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Posted by on in SageWoman Blogs
Holiday Cookies

 

          According to Wikepedia, were it not for Alexander the Great, we might not have Christmas cookies. Not really, but in 327 BC he discovered and spread sugar cane that is the source for their basis, first throughout Persia and eventually Europe. The early little cakes or cookies would probably taste strange to us today. They were spiced with whatever was on hand, including cumin, and either shaped by hand or rolled and pressed on wooden boards carved with cut out shapes. The invention of cookie cutters helped form their myriad shapes.

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  • Anthony Gresham
    Anthony Gresham says #
    Our tradition was date bars. Nowadays I find it hard to find chopped dates. I used to make rum balls on the last Sunday in Octob

Posted by on in Culture Blogs
Soul-Bone Tired

 

I know that many will agree with me when I say that 2018 has been rough.  As this year draws to its conclusion, I’ve been looking through old journals and have taken note of previous entries.  2016 was confusing and filled with alarm.  2017 was a fighting and frightening year.  And 2018… Well.  We’re just tired now.

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Posted by on in SageWoman Blogs

“As candles burn and bells jingle, b2ap3_thumbnail_47491592_2230010993877777_8518271185765531648_o.jpg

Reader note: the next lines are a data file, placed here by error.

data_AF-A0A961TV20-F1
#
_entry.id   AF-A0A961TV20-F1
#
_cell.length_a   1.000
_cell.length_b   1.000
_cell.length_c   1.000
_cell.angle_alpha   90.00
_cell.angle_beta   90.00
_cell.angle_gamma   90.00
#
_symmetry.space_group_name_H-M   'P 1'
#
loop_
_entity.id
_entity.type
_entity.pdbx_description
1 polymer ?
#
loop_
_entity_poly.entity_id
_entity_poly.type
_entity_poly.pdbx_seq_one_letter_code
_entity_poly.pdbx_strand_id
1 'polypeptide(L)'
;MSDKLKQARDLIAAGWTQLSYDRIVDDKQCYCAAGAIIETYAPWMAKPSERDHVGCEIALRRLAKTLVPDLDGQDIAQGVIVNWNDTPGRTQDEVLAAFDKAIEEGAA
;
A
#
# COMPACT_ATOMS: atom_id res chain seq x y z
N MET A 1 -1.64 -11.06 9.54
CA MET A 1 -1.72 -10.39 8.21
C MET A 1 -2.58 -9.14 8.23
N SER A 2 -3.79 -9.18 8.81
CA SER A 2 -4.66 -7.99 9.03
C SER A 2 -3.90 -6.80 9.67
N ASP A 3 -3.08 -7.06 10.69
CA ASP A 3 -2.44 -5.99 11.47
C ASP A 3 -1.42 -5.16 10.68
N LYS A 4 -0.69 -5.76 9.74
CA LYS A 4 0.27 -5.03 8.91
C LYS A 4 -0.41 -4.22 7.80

Remember the dark and the quiet.
They are the reason for the season,
And should be held as dear.”

—Kay Holt

As I have noted in other recent posts, the bustle of the winter holiday season often seems completely at odds with the natural inner pull towards quiet and stillness in the winter. December offers us a quiet invitation for stillness and contemplation.

How do you balance the twin pulls of the season? The go and do in the sparkling lights with the withdraw and hibernate in the dim cave?

One way I have been coping, perhaps counterintuitively, is by making sure I do things that I "don't have time" to do. Sometimes that sensation of not having time is the most reliable indicator there is that you
need exactly what it is you are saying you don't have time for!  Those are often the very things that replenish my spirit and leave me smiling. 

I've continued to go semi-regularly to a yin yoga class in a nearby town. Even though I practice yoga by myself every b2ap3_thumbnail_47681849_2231842440361299_610620843411636224_o.jpgmorning and have for eighteen years, it is really nice self-care treat to go to this class.  
I have also been going to a weekend art circle facilitated by a good friend. At the second circle we drank homemade hot chocolate and colored pictures in a blanket fort. I even just laid flat on the floor on a pile of pillows in the blanket fort for a while doing nothing. It was so nice!

Breathe deep.
Stay open.
Expand.
Reach.
Feel.
Breathe more.

Return to your center.